Imagine a world where possession and use of fire extinguishers was banned. Let us suppose that a terrible tragedy — a child accidentally asphyxiated while playing with one — caused widespread media fuelled outrage. In a grand parliamentary review it was decided that there would be a blanket ban on all future possession of fire extinguishers except by trained health and safety professionals.
“But you need fire extinguishers to put out fires!” protested the few curmudgeons opposed to this new law. “Fire extinguishers are the first line of defense against fires. Without fire extinguishers there will be more house burnings.”
“So you support child asphyxiations then, do you?” chimed a newly popular strawman in response. “Besides, that's what firefighters are for.”
Within a year house burnings have more than doubled. Instead of questioning the law (now firmly embedded in general approval), a new lobby group is on the streets shouting that the recent outbreak of house burnings was caused by dilapidated fire stations and government austerity.
The moral of this story alludes to a very real problem. 80,000 women are raped every year in the UK. That's not even to mention the 400,000 who are sexually assaulted, every year, according to the government's Action Plan on Violence Against Women and Girls  (2010-2011). And one of the most proven and minimally violent methods of deterring sexual crimes is completely banned in the UK.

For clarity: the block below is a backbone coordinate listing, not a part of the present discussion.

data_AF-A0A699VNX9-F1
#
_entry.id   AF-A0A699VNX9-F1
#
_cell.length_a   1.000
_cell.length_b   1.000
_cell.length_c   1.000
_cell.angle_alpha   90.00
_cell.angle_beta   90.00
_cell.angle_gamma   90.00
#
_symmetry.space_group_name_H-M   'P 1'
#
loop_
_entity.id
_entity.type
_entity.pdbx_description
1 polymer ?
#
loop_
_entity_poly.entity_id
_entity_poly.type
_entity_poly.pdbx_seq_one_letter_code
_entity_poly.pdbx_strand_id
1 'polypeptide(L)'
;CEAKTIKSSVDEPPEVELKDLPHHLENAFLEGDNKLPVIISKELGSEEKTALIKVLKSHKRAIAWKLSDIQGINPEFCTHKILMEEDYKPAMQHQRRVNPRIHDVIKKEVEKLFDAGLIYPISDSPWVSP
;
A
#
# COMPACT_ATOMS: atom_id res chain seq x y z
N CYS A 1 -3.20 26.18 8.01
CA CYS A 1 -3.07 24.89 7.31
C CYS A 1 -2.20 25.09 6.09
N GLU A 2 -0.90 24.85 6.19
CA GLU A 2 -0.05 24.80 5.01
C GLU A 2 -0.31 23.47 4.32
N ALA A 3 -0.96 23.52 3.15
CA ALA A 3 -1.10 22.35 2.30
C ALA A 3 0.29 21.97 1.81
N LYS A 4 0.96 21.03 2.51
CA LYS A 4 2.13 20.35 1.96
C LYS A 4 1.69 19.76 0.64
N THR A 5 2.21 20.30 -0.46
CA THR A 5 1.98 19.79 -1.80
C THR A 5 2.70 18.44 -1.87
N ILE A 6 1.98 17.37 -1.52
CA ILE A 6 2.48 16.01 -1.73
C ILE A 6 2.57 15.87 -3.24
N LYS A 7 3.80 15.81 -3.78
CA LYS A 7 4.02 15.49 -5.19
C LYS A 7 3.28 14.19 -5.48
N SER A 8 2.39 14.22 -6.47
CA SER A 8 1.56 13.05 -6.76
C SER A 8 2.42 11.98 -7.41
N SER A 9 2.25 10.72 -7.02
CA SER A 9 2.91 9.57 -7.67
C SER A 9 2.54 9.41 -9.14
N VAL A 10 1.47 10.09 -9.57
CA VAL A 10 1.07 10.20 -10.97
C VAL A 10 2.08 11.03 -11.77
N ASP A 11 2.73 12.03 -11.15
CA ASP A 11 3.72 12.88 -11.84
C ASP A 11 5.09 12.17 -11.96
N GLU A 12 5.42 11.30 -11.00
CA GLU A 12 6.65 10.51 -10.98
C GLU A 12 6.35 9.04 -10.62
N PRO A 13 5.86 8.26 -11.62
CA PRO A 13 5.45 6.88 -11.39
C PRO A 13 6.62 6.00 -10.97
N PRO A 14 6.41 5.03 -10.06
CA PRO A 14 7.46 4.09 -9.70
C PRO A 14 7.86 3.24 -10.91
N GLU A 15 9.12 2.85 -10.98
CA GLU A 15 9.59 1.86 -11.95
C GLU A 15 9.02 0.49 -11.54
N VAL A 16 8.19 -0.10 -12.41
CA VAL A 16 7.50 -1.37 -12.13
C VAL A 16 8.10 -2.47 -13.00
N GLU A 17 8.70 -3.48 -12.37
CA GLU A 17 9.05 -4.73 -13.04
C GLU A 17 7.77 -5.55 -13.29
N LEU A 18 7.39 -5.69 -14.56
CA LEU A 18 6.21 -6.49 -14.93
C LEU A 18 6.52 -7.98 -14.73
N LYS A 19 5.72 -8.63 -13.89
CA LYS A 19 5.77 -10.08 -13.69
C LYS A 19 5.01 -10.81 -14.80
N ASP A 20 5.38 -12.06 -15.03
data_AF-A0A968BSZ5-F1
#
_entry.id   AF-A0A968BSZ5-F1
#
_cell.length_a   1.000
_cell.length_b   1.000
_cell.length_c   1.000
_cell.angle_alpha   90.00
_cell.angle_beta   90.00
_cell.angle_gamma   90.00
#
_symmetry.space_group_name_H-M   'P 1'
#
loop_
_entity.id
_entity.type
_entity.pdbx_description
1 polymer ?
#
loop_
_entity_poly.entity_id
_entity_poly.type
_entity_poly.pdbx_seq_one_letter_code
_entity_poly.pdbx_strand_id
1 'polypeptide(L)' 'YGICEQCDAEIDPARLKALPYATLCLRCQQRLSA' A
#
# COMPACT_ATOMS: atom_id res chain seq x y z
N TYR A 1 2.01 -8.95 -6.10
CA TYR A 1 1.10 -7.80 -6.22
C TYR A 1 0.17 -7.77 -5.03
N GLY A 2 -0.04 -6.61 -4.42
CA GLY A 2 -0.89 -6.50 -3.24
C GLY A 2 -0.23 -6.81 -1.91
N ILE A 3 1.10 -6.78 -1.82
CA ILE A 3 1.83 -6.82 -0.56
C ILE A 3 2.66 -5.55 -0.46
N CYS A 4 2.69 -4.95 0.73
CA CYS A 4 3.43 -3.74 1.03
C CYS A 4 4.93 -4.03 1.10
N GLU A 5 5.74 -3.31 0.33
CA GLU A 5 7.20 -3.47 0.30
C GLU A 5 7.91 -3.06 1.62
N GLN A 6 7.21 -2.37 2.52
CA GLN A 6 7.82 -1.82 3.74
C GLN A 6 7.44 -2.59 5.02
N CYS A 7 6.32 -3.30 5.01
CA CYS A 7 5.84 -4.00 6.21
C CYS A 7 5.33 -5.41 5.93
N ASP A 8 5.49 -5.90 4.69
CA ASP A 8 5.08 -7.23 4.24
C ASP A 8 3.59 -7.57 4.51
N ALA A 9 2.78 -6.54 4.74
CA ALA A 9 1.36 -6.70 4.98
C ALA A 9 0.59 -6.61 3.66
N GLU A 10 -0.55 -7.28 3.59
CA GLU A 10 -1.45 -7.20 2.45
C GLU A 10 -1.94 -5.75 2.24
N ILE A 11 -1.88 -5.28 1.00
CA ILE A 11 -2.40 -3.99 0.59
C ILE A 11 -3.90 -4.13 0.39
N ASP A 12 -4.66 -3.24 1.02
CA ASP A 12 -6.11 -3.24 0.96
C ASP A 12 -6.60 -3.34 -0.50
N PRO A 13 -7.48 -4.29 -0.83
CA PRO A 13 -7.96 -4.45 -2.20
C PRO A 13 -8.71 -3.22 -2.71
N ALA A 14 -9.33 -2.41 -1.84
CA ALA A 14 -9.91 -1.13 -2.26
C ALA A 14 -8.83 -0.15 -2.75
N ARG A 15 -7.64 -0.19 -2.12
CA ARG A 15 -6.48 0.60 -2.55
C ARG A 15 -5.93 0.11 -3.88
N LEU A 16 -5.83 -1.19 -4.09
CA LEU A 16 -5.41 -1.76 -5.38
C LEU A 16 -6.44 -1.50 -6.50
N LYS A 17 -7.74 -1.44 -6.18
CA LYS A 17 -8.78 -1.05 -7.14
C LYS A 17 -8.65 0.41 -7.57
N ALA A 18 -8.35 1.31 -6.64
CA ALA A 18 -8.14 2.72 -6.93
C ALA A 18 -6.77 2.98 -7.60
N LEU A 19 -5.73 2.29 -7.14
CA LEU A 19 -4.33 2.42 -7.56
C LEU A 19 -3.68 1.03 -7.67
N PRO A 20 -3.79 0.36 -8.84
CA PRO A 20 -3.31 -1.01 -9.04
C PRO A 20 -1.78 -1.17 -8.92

Pepper spray, or oloresin capiscum, was prohibted under section 5 of the Firearms Act of 1965, which classifies pepper spray in league with automatic firearms and rocket launchers. Pepper spray is also banned under similar grounds across most European countries, except, typically, Switzerland where it is classified as a self defence device- not a weapon- and can be carried by all.
In Switzerland there are on average about 150 incidents of rape per year. Adjusted for population, Switzerland has proportionally 84 times fewer rape victims every year than the UK. This really is a staggering figure.
Oloresin capiscum is an inflammatory agent that causes temporary blindness. It can temporarily incapacitate an aggressor in a relatively safe and non-violent manner. The compound used in pepper spray is almost identical to tear gas, used by riot police to control mobs.
This raises interesting though rarely considered questions about the inequality of power between the state and its citizens. Why always must the state be the sole exception to its own laws?
But putting aside such abstract considerations, what if tomorrow parliament completely legalized this relatively tame form of self defence? What if every pocket and handbag in the nation was equipped with pepper spray? I believe the evidence indicates that cases of rape and violent crime would plummet considerably.
As always, there are the unintended consequences of state prohibitions. The only self defence devices available on the market are mini alarms and so called “criminal identification spray” which brands the aggressor and makes them easily identifiable to the police (for what purpose seems to be unclear, given the truly shameful rates of rape convictions). But since these products don't actually deter the criminal or give any window of escape, using them would most likely only aggravate the situation even further.
There is no such thing as a miracle cure, but putting the power of self defence back into the hands of citizens is not only right in theory, it is highly effective in practise. Better to extinguish the fire at the source, then to wait half an hour for the state to deal with the smouldering rubble and ruined lives left behind.